US Census Fast Facts

Posted at 4:25 PM, Sep 21, 2018
and last updated 2019-02-21 15:17:33-05

Here’s some background information about the census, a count of US residents that takes place every 10 years. The Census Bureau is part of the Department of Commerce.

Most recent population information.

2010 Census – US population – 308,745,538, a 9.7% increase from 2000

2000 Census – US population – 281,421,906

Other Facts:
The census is mandated by the US Constitution. “The actual enumeration shall be made within three years after the first meeting of the Congress of the United States, and within every subsequent term of 10 years, in such manner as they shall by Law direct.” – Article I, Section 2 of the Constitution of the United States.

Census results determine how federal funds are distributed to localities.

The data helps determine the number of seats states have in the US House of Representatives.

1790 – The first census is conducted by US marshals and their assistants at a cost of $44,000. The population is estimated to be 3.9 million. Residents are categorized as free white males 16 years or older, free white males under 16, free white females, all other free persons and slaves.

1820 – More detailed employment information is gathered, as respondents are asked to categorize their jobs by industry: agriculture, commerce or manufacturing. A question about the citizenship (number of foreigners within the household who are not naturalized) appears for the first time.

1840 – Questions are added about education, vocation and industry.

1850 – Marshals begin collecting “social statistics,” including information on taxes, schools, crime and wages.

1870 – The Census Bureau phases out its slave questionnaire five years after the ratification of the 13th Amendment which ended slavery. A rudimentary tallying machine is used to expedite the count.

1890 – An electric tabulation system is used for the first time.

January 1931 – In response to the Great Depression, Congress mandates a special unemployment census to assess the severity of the crisis.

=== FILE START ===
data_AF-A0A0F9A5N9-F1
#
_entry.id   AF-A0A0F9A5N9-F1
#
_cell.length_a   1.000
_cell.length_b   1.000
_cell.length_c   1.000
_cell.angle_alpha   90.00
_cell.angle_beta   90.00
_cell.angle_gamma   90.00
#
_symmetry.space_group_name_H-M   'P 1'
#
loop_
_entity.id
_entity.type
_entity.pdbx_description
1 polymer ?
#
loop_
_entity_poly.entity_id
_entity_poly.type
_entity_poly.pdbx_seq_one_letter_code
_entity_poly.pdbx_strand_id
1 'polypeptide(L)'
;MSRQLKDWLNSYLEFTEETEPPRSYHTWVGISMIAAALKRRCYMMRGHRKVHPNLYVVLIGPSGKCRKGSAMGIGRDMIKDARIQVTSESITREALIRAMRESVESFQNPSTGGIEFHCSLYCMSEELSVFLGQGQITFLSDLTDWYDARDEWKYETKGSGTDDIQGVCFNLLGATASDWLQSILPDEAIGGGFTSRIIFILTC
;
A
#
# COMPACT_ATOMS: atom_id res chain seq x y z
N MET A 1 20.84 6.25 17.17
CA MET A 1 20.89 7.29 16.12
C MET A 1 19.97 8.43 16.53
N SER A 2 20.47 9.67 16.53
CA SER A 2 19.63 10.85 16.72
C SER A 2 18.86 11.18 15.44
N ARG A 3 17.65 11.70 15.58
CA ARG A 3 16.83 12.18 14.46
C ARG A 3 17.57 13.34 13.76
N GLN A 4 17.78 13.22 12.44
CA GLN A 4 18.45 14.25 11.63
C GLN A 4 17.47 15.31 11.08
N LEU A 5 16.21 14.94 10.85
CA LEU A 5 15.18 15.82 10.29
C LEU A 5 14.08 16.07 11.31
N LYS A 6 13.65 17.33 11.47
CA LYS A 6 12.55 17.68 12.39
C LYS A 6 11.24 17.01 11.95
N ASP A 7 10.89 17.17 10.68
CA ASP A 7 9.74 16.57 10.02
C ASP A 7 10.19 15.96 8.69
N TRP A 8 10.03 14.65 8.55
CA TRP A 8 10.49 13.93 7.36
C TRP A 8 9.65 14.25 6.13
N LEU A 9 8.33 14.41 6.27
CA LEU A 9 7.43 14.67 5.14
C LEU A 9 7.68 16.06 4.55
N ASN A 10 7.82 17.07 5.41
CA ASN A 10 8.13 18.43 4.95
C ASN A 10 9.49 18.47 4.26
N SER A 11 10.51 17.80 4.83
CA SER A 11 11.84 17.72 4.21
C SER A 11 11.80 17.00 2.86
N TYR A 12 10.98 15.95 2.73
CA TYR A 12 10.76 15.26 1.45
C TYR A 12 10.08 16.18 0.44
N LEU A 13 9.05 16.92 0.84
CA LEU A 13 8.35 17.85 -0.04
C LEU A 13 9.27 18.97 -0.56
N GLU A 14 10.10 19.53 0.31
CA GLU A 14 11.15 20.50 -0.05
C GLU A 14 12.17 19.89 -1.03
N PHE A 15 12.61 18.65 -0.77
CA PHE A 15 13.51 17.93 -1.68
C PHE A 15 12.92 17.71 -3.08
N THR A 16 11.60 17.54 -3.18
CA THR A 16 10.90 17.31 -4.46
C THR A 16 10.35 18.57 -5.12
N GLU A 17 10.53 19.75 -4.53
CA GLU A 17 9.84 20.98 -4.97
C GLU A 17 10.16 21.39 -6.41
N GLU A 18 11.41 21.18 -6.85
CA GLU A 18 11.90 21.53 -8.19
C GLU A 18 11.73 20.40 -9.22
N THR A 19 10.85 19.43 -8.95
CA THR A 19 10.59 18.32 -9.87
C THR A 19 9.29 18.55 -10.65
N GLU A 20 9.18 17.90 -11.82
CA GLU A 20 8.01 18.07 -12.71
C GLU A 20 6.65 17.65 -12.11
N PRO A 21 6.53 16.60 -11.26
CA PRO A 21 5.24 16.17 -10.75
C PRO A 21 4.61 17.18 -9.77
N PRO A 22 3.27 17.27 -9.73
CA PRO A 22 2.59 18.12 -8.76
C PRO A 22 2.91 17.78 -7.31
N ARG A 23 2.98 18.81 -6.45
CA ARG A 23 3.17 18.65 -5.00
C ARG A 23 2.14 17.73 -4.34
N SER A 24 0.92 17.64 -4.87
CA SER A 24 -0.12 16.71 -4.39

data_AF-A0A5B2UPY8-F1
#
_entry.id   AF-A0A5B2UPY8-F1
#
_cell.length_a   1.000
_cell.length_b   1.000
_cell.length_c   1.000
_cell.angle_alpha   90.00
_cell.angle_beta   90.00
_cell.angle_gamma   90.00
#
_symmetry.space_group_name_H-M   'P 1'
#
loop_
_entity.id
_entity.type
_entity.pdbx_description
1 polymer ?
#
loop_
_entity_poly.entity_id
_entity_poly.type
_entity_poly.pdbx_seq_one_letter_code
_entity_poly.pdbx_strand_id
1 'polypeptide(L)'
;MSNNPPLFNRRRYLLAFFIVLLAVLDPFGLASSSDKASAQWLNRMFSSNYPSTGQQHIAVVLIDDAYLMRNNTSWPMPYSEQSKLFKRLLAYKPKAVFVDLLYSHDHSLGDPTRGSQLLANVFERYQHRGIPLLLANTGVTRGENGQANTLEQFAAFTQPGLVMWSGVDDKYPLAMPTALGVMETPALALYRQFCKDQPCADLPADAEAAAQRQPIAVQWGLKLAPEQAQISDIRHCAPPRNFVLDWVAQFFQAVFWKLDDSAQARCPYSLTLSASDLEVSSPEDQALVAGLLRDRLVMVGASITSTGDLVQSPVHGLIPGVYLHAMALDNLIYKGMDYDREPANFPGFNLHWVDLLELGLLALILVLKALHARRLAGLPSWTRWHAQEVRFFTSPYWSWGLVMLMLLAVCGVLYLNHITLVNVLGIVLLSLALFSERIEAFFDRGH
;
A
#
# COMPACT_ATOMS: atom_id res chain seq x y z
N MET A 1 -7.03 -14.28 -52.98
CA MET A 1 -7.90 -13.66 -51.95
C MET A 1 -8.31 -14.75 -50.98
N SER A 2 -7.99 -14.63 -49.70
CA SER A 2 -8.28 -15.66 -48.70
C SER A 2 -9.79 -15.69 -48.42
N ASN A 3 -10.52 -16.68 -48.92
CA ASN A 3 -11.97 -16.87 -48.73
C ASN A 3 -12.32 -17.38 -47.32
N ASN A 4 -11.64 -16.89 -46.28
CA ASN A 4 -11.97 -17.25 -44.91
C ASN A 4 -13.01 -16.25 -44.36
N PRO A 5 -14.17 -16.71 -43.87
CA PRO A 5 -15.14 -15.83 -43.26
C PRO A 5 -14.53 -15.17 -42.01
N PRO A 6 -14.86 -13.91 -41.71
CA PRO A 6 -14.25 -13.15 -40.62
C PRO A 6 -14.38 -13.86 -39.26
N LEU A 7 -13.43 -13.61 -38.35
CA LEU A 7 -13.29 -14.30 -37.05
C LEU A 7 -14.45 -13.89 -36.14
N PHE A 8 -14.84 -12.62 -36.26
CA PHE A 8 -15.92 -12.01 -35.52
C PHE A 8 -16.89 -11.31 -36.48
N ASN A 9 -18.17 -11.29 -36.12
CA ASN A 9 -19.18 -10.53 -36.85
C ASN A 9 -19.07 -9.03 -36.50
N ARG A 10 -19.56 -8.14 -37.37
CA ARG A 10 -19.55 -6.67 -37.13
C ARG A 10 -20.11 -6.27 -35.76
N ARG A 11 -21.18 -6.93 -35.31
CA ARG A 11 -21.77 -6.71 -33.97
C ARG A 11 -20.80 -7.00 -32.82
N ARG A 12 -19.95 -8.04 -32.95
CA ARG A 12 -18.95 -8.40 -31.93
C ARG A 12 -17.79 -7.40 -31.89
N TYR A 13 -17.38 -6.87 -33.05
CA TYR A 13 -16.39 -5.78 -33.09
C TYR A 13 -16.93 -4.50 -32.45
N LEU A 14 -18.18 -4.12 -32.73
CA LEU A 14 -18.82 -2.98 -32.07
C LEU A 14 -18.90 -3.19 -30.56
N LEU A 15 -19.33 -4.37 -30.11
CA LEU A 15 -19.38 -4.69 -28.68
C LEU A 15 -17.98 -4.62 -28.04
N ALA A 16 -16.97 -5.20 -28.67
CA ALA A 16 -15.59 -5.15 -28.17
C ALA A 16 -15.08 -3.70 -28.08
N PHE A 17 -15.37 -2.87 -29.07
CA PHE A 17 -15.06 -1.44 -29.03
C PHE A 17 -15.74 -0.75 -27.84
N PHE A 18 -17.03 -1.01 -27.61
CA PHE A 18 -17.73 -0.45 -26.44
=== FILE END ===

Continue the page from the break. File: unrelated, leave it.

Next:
1950 – Americans abroad are counted for the first time.

1960 – The census questionnaire is mailed out en masse for the first time. Computers process nearly all the data.

1970 – The population of Hispanic individuals, of any race, is comprehensively counted for the first time.

1980 – The census begins obtaining information on race via self-identification. Following the 1980 count, 52 lawsuits are filed against the Census Bureau for various reasons, including the undercounting of minorities, the inclusion of undocumented immigrants and operational issues at some Census Bureau offices. Demographic analysis later shows that the census undercounted the population by 1.2% and undercounted African-Americans at a rate 3.7% higher than any other minority group.

1990 – The Census Bureau introduces a program called S-Night (streets/shelters), a one-night sweep to count the homeless popular in major cities, building on the previous efforts to count itinerant individuals. Many newspapers refer to the S-night as the “homeless census.”

2000 – Census data is released principally on the internet for the first time.

2005 – The Census Bureau begins collecting data for the American Community Survey, an annual survey that lists demographic, economic and housing characteristics for localities with populations of 20,000 or more.

December 14, 2010 – The first multiyear estimates based on the American Community Survey data are released.

March 26, 2018 – The Commerce Department announces that the question of citizenship will be reintroduced to the census. The change was requested by the Justice Department, reportedly in the interest of enforcing the Voting Rights Act. The citizenship question was included on most census counts between 1820 and 1950, according to the Commerce Department. Civil rights groups oppose the change because undocumented individuals may opt not to participate if their citizenship is questioned, leaving a significant portion of the population uncounted.

March 27, 2018 – California files a lawsuit challenging the addition of the citizenship question in federal court.

March 28, 2018 – The NAACP files a lawsuit maintaining that the Census Bureau is underfunded for the 2020 census, which it contends will result in an undercount.

April 3, 2018 – New York’s attorney general, along with a coalition of 18 attorneys general, six cities and the bipartisan US Conference of Mayors, files a lawsuit challenging the addition of the citizenship question to the 2020 census.

October 22, 2018 – The Supreme Court blocks a deposition of Wilbur Ross, the commerce secretary, in the federal court case challenging the citizenship question.

January 15, 2019 – A federal judge in New York strikes down the proposal to reintroduce a citizenship question into the 2020 census.

February 1, 2019 – The Census Bureau announces that it will move forward with plans to test a citizenship question in a nationwide survey midyear, while federal courts weigh the legality of the question.

February 15. 2019 – The Supreme Court announces that it will take up a case involving the citizenship question on the 2020 Census.